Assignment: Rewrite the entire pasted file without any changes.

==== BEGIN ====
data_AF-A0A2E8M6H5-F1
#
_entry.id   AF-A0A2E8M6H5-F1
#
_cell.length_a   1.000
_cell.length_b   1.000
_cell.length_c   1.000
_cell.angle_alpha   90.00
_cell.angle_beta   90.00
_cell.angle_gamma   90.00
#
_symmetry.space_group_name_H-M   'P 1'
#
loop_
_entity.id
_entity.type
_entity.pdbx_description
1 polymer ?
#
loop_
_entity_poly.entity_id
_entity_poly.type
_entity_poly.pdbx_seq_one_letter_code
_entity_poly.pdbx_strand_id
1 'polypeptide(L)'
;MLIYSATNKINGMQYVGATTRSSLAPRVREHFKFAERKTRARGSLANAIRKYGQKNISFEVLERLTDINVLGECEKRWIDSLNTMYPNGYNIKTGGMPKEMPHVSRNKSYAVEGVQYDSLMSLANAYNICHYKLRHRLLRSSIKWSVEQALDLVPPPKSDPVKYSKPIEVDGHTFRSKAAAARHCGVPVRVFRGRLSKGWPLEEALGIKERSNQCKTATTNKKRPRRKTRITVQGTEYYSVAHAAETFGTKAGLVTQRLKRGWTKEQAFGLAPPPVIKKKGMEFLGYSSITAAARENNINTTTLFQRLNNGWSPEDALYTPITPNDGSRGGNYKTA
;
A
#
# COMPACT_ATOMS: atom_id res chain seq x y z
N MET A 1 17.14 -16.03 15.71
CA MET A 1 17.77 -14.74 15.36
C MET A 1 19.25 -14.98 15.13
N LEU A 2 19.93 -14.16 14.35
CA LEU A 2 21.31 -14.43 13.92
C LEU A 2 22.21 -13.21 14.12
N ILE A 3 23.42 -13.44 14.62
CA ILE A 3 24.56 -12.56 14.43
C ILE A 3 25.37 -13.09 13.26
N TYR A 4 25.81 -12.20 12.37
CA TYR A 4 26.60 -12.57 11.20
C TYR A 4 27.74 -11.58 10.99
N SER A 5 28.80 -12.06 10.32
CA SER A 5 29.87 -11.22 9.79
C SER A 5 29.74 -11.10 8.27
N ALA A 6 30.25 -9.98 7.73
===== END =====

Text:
data_AF-A0A2E8M6H5-F1
#
_entry.id   AF-A0A2E8M6H5-F1
#
_cell.length_a   1.000
_cell.length_b   1.000
_cell.length_c   1.000
_cell.angle_alpha   90.00
_cell.angle_beta   90.00
_cell.angle_gamma   90.00
#
_symmetry.space_group_name_H-M   'P 1'
#
loop_
_entity.id
_entity.type
_entity.pdbx_description
1 polymer ?
#
loop_
_entity_poly.entity_id
_entity_poly.type
_entity_poly.pdbx_seq_one_letter_code
_entity_poly.pdbx_strand_id
1 'polypeptide(L)'
;MLIYSATNKINGMQYVGATTRSSLAPRVREHFKFAERKTRARGSLANAIRKYGQKNISFEVLERLTDINVLGECEKRWIDSLNTMYPNGYNIKTGGMPKEMPHVSRNKSYAVEGVQYDSLMSLANAYNICHYKLRHRLLRSSIKWSVEQALDLVPPPKSDPVKYSKPIEVDGHTFRSKAAAARHCGVPVRVFRGRLSKGWPLEEALGIKERSNQCKTATTNKKRPRRKTRITVQGTEYYSVAHAAETFGTKAGLVTQRLKRGWTKEQAFGLAPPPVIKKKGMEFLGYSSITAAARENNINTTTLFQRLNNGWSPEDALYTPITPNDGSRGGNYKTA
;
A
#
# COMPACT_ATOMS: atom_id res chain seq x y z
N MET A 1 17.14 -16.03 15.71
CA MET A 1 17.77 -14.74 15.36
C MET A 1 19.25 -14.98 15.13
N LEU A 2 19.93 -14.16 14.35
CA LEU A 2 21.31 -14.43 13.92
C LEU A 2 22.21 -13.21 14.12
N ILE A 3 23.42 -13.44 14.62
CA ILE A 3 24.56 -12.56 14.43
C ILE A 3 25.37 -13.09 13.26
N TYR A 4 25.81 -12.20 12.37
CA TYR A 4 26.60 -12.57 11.20
C TYR A 4 27.74 -11.58 10.99
N SER A 5 28.80 -12.06 10.32
CA SER A 5 29.87 -11.22 9.79
C SER A 5 29.74 -11.10 8.27
N ALA A 6 30.25 -9.98 7.73